From 1990 to 1992, 28 U.S. residents reported nonoccupational macaque bites to CDC (L. Chapman, pers. comm.). Since 1993, additional nonoccupational exposure cases have been reported, seven of which (involving 24 persons and eight macaques) are listed in Table 1. Of the six macaques for which herpes B serologic results were available, four (67%) were positive. Two owners refused requests for testing. Four (44%) of nine exposed children were bitten, versus only three (20%) of 12 adults. Children were 3.2 times more likely to be bitten than adults; although a common observation, this association is not statistically significant for this case series.
Most free-ranging monkey populations are thought to be part of the exotic fauna of distant tourist destinations and wild animal parks; however, macaque species have established free-ranging feral populations in Texas and Florida. In such settings, contact between humans and macaques cannot be safely controlled (8-10), and workers and visitors are at risk. Guidelines for B-virus prevention and diagnosis have recently been published (9-12).
Symptomatic human infection with B-virus is rare; fewer than 40 cases were reported from 1933 to 1994 (1,4-7,13-15; CDC, unpub. data). However, the consequences of symptomatic infection may be severe. Viral infection rapidly progresses to central loci in the spinal cord and, eventually, the brain. Of 24 known symptomatic patients whose cases were reviewed in 1992, 19 (79%) died (CDC; unpub. data).
Before 1987, most surviving human patients had moderate to severe neurologic impairment, sometimes requiring lifelong institutionalization (1). Recently, acyclovir has prevented progression of the disease in a limited number of patients. In at least three patients, this treatment reversed the neurologic symptoms and was life-saving (7,14,15). Rapid diagnosis and initiation of therapy are of paramount importance in preventing death or permanent disability in surviving patients.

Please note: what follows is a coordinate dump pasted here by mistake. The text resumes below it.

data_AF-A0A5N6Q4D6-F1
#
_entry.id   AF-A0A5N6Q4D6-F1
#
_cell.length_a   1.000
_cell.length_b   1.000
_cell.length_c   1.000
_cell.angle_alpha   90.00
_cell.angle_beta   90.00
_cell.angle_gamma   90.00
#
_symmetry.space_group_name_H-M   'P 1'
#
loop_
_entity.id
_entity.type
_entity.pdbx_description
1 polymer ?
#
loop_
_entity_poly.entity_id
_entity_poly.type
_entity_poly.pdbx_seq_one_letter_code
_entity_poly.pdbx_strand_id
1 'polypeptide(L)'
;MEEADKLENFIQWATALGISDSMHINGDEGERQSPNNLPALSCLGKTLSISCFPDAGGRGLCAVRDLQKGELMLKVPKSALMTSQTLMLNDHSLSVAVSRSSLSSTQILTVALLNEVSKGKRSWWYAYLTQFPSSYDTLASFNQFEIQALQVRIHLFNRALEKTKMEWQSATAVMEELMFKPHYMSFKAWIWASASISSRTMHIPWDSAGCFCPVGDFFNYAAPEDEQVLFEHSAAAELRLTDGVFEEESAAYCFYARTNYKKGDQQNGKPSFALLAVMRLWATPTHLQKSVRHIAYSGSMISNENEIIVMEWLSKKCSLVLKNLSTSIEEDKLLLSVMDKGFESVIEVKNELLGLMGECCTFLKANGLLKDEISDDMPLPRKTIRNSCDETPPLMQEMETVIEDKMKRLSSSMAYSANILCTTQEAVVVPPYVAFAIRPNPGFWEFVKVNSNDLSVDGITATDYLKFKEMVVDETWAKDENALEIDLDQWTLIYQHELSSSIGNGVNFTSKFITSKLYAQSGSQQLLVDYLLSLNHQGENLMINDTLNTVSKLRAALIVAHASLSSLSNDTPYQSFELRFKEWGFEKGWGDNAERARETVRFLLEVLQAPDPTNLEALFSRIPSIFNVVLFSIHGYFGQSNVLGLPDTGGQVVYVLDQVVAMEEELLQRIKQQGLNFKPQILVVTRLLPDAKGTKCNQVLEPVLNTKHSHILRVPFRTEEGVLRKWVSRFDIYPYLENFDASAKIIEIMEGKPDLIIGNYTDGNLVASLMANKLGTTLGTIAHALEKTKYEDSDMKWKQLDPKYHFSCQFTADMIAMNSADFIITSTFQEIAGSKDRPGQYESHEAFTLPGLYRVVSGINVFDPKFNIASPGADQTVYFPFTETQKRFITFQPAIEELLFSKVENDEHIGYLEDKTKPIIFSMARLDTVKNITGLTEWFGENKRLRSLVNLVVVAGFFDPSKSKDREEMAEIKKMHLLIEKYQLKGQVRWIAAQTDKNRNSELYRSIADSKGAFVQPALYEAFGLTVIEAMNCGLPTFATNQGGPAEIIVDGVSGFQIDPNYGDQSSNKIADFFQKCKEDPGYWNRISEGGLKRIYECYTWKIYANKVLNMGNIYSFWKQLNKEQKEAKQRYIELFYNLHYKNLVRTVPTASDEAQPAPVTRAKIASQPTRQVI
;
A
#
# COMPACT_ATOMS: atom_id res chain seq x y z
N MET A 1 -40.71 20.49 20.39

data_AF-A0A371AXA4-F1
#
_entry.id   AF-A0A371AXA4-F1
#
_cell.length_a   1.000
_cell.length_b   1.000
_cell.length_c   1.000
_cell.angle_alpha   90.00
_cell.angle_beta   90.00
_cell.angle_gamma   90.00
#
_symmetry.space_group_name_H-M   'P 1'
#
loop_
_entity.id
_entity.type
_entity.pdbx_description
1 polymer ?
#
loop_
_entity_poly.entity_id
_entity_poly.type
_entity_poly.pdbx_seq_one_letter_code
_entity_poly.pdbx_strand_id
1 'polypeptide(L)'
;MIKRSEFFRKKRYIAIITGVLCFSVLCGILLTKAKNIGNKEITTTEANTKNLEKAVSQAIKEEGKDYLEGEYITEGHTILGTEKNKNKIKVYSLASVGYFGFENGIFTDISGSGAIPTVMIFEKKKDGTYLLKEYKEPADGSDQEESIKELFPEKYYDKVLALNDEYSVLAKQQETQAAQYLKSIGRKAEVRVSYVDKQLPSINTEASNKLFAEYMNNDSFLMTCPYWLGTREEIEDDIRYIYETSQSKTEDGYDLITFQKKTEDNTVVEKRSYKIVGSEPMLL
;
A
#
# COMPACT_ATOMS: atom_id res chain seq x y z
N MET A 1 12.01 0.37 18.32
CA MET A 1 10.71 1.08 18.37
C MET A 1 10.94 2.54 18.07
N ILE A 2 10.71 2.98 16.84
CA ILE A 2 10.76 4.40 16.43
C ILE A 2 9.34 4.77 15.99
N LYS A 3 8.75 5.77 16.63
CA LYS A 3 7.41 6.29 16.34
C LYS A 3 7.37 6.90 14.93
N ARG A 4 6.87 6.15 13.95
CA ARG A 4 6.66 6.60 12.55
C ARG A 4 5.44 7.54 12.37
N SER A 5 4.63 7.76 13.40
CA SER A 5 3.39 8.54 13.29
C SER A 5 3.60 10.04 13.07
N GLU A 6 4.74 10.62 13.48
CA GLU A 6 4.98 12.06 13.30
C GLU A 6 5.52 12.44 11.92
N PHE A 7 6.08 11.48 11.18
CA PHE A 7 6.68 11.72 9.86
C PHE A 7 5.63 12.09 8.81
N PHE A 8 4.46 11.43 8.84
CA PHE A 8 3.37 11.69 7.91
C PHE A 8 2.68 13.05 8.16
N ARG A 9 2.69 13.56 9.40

Most owners form an emotional bond with infant primates. This bond is probably strengthened by the neonatal monkey's physical and behavioral resemblance to a human infant. Although physically and emotionally dependent on their mothers (or human substitutes) for up to 2 years of age, most macaques exhibit unpredictable behavior as they mature. Males tend to become aggressive, and both male and female macaques bite to defend themselves and to establish dominance. Dominance within the social hierarchy of macaques is established by aggression toward other monkeys, generally the younger and smaller members of the group. Both veterinary specialists and breeders of nonhuman primates agree that as a rule, all these animals bite (16,17). Biting incidents eventually bring the animals to the attention of animal control authorities. Most state health departments can require that any biting nondomestic animal be euthanized and the brain be submitted for rabies testing.
Table 2 lists the principal federal regulations affecting the possession, distribution, and uses of nonhuman primates. The United States is obligated under the Convention in International Trade in Endangered Species (CITES) to restrict and control trafficking in exotic and endangered species.